The solution to a lack of peace in the church is a simple fix. What is the solution? The solution is: not to forget that which is primary in the Kingdom of Christ. What is primary in the Kingdom of Christ is not my personal proclivities, but what Christ says in his Word. It is not traditions that have been handed to us without scriptural warrant; it is not things that are good in themselves, but are not necessary for fulfilling the mission that Christ has given to his church. We are to be pursuing Christ in all that we do.
In loving obedience, do you submit yourself to the government and discipline of this church, promising to seek the peace, purity, and prosperity of this congregation as long as you are a member of it? So asks the final vow of our membership vows in the Associate Reformed Presbyterian Church (ARP). Submitting and pursuing — those are the two things (both with “subheadings”: submit a) to government, b) to discipline; pursue a) peace, b) purity, c) prosperity) required in this vow. It seems a simple task and yet is often broken. The purpose of this article is to think on the pursuit of peace in the church. I was recently reminded of this vow when preaching through Philippians 4:1-3. There, we read Paul’s exhortation, “Therefore, my beloved brethren whom I long to see, my joy and crown, in this way stand firm in the Lord, my beloved. I urge Euodia and I urge Syntyche to live in harmony in the Lord. Indeed, true companion, I ask you also to help these women who have shared my struggle in the cause of the gospel, together with Clement also and the rest of my fellow workers, whose names are in the book of life” (NASB).
This exhortation to these two women serves as an important demonstration of brining peace to the church. Danger in the local body is not always doctrinal. That is a danger, of course, as we saw Paul deal with those who would come in and deceive the Philippians into false worship and self-righteousnessin Philippians 3:1-3. But here, we see the danger of disturbing the peace of the church often happens when people — usually unintentionally and ‘for the good of the church’ — begin to assert things which are merely preferential and not necessary as if they were essential. In other words, to make non-essential things to be of first order importance, or essential for Christian fellowship, is to disturb the peace of the church. There is an ever present danger to placing importance on matters which Christ has not placed importance.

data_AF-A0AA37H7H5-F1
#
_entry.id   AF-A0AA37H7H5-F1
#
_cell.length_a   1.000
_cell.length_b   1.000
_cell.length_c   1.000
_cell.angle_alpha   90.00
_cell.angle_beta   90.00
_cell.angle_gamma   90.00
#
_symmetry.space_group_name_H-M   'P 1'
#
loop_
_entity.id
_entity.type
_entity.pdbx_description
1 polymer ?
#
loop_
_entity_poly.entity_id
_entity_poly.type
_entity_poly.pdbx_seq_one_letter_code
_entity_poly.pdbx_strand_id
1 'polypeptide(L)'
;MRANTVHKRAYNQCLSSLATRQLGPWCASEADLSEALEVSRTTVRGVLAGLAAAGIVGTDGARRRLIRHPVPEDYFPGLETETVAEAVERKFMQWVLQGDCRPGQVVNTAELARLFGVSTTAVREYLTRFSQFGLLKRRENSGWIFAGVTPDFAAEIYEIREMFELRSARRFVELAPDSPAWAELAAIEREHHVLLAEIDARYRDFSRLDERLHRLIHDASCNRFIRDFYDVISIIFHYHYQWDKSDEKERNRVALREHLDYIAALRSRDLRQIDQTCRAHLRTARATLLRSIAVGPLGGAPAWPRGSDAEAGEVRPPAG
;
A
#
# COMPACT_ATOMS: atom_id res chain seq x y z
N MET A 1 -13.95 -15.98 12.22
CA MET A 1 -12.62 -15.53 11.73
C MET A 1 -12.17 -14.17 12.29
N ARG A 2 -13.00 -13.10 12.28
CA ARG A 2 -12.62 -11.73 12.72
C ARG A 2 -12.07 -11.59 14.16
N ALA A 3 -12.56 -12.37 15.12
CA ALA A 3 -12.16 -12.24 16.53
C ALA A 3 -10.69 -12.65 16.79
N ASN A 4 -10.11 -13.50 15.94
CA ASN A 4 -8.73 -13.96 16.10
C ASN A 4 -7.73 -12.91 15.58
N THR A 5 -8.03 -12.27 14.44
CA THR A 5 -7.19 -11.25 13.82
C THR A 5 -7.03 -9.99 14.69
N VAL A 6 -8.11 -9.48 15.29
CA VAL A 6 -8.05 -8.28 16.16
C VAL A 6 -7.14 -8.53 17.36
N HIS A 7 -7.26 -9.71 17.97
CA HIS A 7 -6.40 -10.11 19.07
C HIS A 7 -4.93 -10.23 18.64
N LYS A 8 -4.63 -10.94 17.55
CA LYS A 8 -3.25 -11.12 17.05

It would seem that these two women were in need of Paul’s earlier exhortation in Philippians 2:3-4, “Do nothing from selfishness or empty conceit, but with humility of mind regard one another as more important than yourselves; do not merely look out for your own personal interests, but also for the interests of others.” Peace is disturbed in the church when when we place our preferences (a form of idolatry) above the mission of Christ and make the church our own kingdom. We can see this in Philippians 4:1-3 by taking a look at the participants, the problem and the prescription for peace in the church.
What do we know about Euodia and Synteche? We don’t know much. We really don’t know anything more than their names, but we do know that in Paul’s estimation these women are not unbelievers, not “wolves” who are false teachers, and that they’re not ordinarily those who disturb the peace of the church.
We know these women aren’t simply “fringe” people who have come to the church lately; they are known to Paul—friends of his in whom he has great confidence! Calls them those women who have shared my struggle and my fellow workers, whose names are in book of life. What’s he saying? That these are godly Christian women! These are women who have understood what “the main thing” is, and have labored alongside of Paul in order to see Christ exalted in the church at Philippi. He calls them his fellow workers! He says they shared hisstruggle in the cause of the gospel!
So Paul addresses them as Christian women who have been about the purity and prosperity of the church, who will respond to his exhortation (ie., submit to the discipline of the church) to stop seeking their own interests in order to seek the peace of the church That’s about all we know about these women, so what was the problem?